Not for You
Last Oppressed Minority
Problem with Poets
Planning My Death I
Planning My Death II
Mormon America I
Mormon America II
Mormon America III
As For Love I
As For Love II
Rockwell in Silverton
MLK Jr. Day
Dreaming America I
Dreaming America II
Million $ Baby
For Will, My Son
Robinson at Giverny
Paula D'Arcy I
Paula D'Arcy II
Real Screwup I
Real Screwup II
Spelling Bees II
Spelling Bees III
Death Penalty Today I
Death Penalty II
Death Penalty III
I Hear America Studying
Bill Long 3/1/05
The literary progenitor for this essay is, of course, Walt Whitman's pre-Civil War poem "I hear America singing, the varied carols I hear." Whitman's poem is filled with heartfelt gusto and optimism, a sense that America's humming energy is creating a product of utility, creativity, nurture and even destiny. Let me reproduce his poem here, so you can see its vibrant energy.
I hear America singing, the varied carols I hear,
Those of mechanics, each one singing his as it should be blithe and strong,
The carpenter singing his as he measures his plank or beam,
The mason singing his as he makes ready for work, or leaves off work,
The boatman singing what belongs to him in his boat, the deckhand
singing on the steamboat deck,
The shoemaker singing as he sits on his bench, the hatter singing as he stands,
The wood-cutter's song, the ploughboy's on his way in the morning, or
at noon intermission or at sundown,
The delicious singing of the mother, or of the young wife at work, or of
the girl sewing or washing,
Each singing what belongs to him or her and to none else,
The day what belongs to the day--at night the party of young fellows,
Singing with open mouths their strong melodious songs.
There are two thoughts I would like to connect to this poem before I give my own poem. The first relates to why I was thinking about this poem. Last weekend I remember driving around Phoenix and seeing cars everywhere during the day, evening and all the time. I asked a friend, "Why aren't these people studying?" She looked at me with a kind of "You've got to be kidding, Bill," type of look, and told me that Americans don't study; they watch reality TV, acquire goods, work hard, and generally look at every moment of free time as a chance to "have fun." I don't know if I believe her, but it made me think of what an America studying would look like.
The second thought emerges from my reality as a single man in his early 50s, who is, for the first time, checking out the "dating scene." I read all kinds of profiles of women when I have a chance, and the characteristic they seem to like least in a man is sarcasm. Perhaps it is just a function of the places where I look, but my distinct impression is that women want a man who is as upbeat as they are about life, one who is fun-loving, active, positive-minded and considerate. Not a lot to ask for, I suppose.
Combining the two ideas with Whitman's poem yields the brief poem below. I think I will let my cycnicism/sarcasm out of the bag for a moment, even though this will further diminish my already negligible social life. And, I will imagine what America would look like if it studied. I have spent my life studying, and it has led to this web page, but America may indeed be correct after all that there is little value in studying...What do you think?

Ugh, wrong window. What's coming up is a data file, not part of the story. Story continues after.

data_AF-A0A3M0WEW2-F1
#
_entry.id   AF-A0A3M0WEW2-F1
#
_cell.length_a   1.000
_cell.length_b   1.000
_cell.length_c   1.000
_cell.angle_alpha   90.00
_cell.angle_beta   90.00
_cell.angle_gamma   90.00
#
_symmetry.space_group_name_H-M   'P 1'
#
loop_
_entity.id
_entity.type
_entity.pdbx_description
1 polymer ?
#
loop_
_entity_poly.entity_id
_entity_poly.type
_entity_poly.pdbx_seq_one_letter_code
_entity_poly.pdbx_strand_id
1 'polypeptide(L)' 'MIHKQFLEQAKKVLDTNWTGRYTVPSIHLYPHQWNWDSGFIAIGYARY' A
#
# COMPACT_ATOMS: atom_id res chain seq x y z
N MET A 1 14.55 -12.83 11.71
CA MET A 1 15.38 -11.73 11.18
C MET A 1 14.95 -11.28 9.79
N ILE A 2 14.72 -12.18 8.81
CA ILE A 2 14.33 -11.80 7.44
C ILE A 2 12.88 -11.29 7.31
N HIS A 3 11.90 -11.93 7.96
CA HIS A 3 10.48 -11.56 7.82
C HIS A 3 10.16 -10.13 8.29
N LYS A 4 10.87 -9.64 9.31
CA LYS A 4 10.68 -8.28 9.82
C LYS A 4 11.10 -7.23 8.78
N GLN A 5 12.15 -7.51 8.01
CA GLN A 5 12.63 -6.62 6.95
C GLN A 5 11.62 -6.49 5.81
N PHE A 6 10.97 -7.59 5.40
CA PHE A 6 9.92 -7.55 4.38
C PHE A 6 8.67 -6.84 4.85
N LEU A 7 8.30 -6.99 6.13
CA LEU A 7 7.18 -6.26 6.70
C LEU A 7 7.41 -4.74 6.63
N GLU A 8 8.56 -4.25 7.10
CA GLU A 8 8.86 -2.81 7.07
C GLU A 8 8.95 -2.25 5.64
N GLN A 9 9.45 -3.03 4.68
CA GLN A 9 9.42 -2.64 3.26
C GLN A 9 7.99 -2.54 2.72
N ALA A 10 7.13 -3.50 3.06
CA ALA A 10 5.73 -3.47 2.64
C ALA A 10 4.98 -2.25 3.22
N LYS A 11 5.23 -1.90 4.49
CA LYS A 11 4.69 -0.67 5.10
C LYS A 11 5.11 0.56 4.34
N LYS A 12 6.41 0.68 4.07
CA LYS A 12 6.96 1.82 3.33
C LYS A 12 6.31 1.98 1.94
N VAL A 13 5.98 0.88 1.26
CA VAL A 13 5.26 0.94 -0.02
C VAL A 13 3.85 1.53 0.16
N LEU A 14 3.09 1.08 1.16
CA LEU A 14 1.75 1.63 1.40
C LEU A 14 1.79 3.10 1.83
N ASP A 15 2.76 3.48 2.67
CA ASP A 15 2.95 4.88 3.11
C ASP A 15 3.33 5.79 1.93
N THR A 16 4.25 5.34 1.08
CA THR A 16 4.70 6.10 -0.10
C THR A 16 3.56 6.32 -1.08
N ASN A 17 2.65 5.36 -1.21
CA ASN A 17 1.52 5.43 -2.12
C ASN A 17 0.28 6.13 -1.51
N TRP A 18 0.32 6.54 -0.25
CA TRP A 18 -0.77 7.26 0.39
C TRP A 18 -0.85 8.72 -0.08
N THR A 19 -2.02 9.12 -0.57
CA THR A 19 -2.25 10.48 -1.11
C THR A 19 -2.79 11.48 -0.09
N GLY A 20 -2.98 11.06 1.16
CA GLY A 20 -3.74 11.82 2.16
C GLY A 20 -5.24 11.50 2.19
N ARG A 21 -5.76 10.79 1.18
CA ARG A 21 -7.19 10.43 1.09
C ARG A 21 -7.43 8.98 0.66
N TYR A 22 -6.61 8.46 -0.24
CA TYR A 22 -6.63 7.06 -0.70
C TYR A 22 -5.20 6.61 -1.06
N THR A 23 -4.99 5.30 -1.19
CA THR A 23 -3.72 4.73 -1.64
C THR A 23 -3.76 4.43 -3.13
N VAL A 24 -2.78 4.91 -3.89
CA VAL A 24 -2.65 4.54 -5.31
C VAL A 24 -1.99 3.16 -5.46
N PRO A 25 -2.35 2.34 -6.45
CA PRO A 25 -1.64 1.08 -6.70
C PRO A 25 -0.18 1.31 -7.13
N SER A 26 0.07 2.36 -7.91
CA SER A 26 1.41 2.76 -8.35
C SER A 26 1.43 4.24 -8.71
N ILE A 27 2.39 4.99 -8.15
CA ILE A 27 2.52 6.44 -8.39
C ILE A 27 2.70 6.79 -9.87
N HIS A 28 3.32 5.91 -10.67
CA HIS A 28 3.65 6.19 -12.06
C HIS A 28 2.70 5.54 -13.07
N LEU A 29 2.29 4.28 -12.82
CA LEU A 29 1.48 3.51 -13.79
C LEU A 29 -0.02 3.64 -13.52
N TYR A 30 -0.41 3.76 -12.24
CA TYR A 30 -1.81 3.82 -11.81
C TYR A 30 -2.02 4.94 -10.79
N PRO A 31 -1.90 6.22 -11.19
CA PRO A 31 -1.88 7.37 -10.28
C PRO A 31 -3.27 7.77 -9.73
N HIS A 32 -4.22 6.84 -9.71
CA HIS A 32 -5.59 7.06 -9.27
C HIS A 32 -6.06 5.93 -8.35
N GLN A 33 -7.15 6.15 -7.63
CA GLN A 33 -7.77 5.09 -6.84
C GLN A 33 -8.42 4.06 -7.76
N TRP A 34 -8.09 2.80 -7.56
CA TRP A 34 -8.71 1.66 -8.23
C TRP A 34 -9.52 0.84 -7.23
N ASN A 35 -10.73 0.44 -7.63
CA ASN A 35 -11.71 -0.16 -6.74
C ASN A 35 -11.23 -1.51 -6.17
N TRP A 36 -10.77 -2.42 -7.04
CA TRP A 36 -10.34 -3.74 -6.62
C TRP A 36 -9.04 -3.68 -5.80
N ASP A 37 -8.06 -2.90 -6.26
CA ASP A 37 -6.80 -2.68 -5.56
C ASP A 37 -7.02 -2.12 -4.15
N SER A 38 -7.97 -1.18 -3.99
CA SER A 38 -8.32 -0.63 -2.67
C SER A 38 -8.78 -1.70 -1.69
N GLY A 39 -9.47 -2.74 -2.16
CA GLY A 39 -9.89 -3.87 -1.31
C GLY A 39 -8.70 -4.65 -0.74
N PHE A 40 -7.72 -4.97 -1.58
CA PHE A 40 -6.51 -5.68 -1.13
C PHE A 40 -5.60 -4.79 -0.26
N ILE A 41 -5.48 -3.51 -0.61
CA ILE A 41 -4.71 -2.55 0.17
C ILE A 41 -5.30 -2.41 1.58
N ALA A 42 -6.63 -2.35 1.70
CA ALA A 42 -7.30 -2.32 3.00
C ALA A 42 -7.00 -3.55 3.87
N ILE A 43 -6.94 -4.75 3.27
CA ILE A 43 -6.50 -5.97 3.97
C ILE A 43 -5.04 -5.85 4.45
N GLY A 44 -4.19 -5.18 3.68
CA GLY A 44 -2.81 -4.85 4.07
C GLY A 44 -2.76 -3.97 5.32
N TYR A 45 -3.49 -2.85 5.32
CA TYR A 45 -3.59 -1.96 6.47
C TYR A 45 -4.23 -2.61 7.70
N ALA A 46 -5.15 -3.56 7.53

I HEAR AMERICA STUDYING
I hear America studying; its varied sounds I hear.
The office worker at the desk, before beginning the day, lost
in a reverie of memorization. Maybe it was Othello this morning:
'Her father loved me, oft invited me,/Still questioned me the story of my life/ From year to year, the battles, sieges, fortunes,/ That I have passed./ I ran it through even from my boyish....'
The housewife after packing the kids off for school, jealously stealing a moment of biblical mastery, working through the tenor of the Elihu speeches in the Book of Job.
The professor deciding that it is time she actually learned something and not just told people that education is "learning how to learn."
The young person taking 30 minutes out of the day to retreat to Starbucks with some kind of grande or double tall or mucho big latte to study vocabulary, to comb the roots of words, to say, 'I will speak better and more clearly, I will master this language.'
The older person saying, 'I will learn Latin' before I die, and saying 'amo, amas, amat' even as they hope that such a reality enters into their lives.
The whole chorus of young and old, of rich and poor, of black, white and brown, deciding to master 10 dates of important world events in history per day, until they can speak with confidence about each recorded century of human experience.
This is my America. America the Beautiful. America which not only is obsessed with what its kids know but is equally concerned with what it has mastered. Let's sing the chorus of what America would sound like if it was America studying. Ok. Let's all hit the first note. Come on you can do it.
And (as John Bunyan says) I awoke, and behold, it was a dream.
Copyright © 2004-2007 William R. Long